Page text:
Smeaton’s Tower Of Greed is a multiplayer arcade game in which players must climb Smeaton’s Tower, helping eachother to collect as much treasure as possible, whilst also in direct competition. As my final year project at university, it had to link in with my dissertation, showcase some technical skills picked up from the course and serve as an exhibition piece in our final year show.
Each player is trying to collect the most treasure to get on the high scores leaderboard. The game ends when both players have died, but players can revive their partner by sacrificing half of their current treasure. Each time their partner dies, players are faced with a tough decision; keep playing and hope they can get a highscore, or revive their friend so they have a “safety net” if they die.
An enjoyable module on my course was the Real Time module. I implemented some of the practices learned from this module in STOG to make sure the game is different every time it’s played. The infinite level that gets created as the players climb the tower is moulded by weather and foot-traffic data taken from the real Smeaton’s Tower located on Plymouth Hoe. The game also tracks how players are moving in the real-world as they play and in-game characters have a shared “energy” to the player. This means moving around whilst playing will drain your energy and make your character tired – causing them to run slower and jump lower.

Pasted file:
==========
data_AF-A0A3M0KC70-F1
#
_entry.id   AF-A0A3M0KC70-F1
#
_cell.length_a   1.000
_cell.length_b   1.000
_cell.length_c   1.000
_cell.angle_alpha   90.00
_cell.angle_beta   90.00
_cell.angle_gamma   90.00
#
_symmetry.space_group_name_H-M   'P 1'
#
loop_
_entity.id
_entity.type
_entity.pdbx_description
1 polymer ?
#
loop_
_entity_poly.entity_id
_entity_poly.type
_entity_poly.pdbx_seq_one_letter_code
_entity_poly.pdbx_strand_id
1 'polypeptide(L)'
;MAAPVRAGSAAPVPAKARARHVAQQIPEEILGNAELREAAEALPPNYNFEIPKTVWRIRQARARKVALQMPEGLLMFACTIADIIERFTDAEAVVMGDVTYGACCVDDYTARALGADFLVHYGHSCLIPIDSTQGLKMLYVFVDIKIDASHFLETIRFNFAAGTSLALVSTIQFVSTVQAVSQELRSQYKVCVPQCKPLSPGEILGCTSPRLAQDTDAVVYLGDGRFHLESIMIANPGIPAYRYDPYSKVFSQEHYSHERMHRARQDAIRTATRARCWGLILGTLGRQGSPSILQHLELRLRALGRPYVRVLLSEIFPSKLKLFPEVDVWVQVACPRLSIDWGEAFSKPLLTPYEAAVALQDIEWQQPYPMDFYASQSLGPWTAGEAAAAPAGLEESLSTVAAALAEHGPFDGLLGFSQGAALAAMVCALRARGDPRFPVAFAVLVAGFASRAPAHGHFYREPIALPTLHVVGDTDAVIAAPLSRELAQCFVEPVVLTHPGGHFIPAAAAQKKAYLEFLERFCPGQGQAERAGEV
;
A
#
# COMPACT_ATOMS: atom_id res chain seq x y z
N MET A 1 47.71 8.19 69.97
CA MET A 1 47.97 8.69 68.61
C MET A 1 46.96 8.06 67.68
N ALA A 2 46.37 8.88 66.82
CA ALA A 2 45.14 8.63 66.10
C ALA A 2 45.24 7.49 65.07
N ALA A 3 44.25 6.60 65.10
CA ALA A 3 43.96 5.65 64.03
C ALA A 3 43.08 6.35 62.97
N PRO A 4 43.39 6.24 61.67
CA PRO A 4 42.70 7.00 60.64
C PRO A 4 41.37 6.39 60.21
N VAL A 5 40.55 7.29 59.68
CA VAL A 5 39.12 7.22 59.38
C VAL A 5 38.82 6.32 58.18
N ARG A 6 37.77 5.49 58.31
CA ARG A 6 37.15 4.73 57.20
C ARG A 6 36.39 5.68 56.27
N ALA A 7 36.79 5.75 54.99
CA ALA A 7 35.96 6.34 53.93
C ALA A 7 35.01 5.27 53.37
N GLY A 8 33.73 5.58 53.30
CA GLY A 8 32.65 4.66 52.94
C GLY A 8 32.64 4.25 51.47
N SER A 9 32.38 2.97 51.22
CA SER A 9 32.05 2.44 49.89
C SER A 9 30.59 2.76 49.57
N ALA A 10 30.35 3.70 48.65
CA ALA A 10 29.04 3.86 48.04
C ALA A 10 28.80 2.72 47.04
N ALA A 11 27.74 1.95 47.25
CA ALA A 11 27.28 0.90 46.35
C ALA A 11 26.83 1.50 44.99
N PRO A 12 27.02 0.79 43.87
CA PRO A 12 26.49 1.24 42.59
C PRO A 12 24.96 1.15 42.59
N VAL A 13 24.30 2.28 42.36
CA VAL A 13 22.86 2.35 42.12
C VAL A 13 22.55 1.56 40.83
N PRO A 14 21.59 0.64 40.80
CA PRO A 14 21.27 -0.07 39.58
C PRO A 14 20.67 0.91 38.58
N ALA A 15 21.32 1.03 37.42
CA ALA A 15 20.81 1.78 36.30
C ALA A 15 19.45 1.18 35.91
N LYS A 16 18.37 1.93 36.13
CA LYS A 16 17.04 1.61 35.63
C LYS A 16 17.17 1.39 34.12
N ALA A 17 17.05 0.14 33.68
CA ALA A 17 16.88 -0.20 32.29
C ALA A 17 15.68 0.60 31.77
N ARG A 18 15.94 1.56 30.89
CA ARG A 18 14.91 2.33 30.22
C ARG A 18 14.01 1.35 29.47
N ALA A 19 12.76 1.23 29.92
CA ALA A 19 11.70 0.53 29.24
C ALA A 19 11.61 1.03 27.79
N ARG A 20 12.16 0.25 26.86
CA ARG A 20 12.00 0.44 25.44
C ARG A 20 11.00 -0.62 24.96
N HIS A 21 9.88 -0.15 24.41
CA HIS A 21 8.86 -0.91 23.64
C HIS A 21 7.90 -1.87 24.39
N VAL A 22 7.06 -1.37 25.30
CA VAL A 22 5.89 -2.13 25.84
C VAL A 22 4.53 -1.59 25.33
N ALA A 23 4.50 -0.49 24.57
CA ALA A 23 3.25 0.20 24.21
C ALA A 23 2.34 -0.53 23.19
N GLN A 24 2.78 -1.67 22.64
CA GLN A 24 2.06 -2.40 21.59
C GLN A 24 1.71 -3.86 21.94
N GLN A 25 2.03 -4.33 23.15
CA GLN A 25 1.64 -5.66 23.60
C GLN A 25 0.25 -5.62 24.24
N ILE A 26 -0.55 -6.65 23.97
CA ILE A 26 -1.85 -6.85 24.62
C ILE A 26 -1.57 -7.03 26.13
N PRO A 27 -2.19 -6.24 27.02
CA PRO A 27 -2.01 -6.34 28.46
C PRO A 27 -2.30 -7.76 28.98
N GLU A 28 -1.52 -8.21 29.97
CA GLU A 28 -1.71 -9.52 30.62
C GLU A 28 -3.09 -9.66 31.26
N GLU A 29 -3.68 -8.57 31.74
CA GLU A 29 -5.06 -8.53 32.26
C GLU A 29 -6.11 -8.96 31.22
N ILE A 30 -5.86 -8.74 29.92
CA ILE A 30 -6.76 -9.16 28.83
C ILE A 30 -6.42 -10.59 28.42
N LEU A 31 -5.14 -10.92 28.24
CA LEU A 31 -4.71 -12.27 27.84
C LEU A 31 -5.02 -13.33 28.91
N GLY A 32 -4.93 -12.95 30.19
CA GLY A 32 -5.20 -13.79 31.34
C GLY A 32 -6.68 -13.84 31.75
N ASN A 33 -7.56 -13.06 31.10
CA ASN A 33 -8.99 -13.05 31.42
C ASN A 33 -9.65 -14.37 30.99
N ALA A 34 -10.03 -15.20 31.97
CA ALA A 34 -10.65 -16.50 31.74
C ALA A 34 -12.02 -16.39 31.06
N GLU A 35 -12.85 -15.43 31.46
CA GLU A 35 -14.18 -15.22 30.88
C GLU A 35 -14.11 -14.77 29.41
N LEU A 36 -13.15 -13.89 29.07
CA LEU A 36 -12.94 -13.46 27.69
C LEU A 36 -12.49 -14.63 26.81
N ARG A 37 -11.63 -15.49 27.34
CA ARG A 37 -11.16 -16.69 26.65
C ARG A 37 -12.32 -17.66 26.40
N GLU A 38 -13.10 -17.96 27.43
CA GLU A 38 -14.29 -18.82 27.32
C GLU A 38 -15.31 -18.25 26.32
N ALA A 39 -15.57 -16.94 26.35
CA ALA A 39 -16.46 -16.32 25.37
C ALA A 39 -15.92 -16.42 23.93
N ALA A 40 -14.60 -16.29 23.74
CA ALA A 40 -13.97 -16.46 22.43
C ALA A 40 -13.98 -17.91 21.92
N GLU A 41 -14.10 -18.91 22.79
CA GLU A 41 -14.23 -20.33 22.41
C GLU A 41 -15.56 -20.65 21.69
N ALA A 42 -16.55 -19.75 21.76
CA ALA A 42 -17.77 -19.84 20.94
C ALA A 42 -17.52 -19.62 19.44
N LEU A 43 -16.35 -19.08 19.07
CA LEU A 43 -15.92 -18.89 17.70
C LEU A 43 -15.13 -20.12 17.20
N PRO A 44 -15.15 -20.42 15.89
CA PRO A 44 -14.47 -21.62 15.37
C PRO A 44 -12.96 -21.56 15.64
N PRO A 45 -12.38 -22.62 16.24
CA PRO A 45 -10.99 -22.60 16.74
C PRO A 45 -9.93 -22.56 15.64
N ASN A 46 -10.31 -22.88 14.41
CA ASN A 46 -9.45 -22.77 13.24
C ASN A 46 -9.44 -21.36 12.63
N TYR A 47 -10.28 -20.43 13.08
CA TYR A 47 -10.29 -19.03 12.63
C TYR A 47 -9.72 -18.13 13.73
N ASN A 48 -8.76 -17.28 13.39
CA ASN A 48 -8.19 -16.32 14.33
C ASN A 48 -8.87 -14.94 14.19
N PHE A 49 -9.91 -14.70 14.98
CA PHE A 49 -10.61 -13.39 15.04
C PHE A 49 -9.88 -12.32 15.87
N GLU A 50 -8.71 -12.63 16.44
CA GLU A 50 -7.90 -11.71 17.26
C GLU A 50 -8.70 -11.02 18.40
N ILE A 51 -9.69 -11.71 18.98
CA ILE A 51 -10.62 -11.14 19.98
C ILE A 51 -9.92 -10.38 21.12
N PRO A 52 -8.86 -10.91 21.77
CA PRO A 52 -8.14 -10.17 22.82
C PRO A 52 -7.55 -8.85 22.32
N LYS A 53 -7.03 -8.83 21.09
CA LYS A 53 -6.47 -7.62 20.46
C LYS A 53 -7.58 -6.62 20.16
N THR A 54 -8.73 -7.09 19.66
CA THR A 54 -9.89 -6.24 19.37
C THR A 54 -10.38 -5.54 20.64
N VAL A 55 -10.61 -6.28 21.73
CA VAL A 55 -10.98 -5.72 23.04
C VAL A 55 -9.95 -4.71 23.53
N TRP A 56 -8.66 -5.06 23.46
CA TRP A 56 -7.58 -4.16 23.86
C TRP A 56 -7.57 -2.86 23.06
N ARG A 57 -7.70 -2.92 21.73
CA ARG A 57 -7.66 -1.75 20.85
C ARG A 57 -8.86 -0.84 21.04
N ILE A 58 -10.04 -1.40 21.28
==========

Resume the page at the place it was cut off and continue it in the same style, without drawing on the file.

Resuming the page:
Creating the cabinet
Due to this project being showcased in a physical space, I had to create a fitting display. Local multiplayer games in a public place always feel that little bit more fun in an arcade cabinet (in my opinion), and a classic SNES-style controller instead of a typical arcade cabinet control panel would make the game easily accessible for players of all heights. I honestly cannot stress enough how tough it was creating this cabinet on such a low budget and in such a short time-frame whilst working on other projects. Seeing it stood up in all its glory was an incredibly satisfying moment.
Players were flocking around the cabinet. I watched a crowd of players waiting for over an hour to have a go on the game and they’d all return over the course of the show to play again. The energy when people played was excellent; a lot of laughing and friendly sabotage… which is something I hadn’t planned on! Once players discovered moving around would drain the character’s energy, they would start shoving their friends to sabotage them if they wouldn’t revive them – it was excellent! Overall I think the project went really well – although every aspect could have done with a lot more polish that I couldn’t achieve with the time and money constraints of university.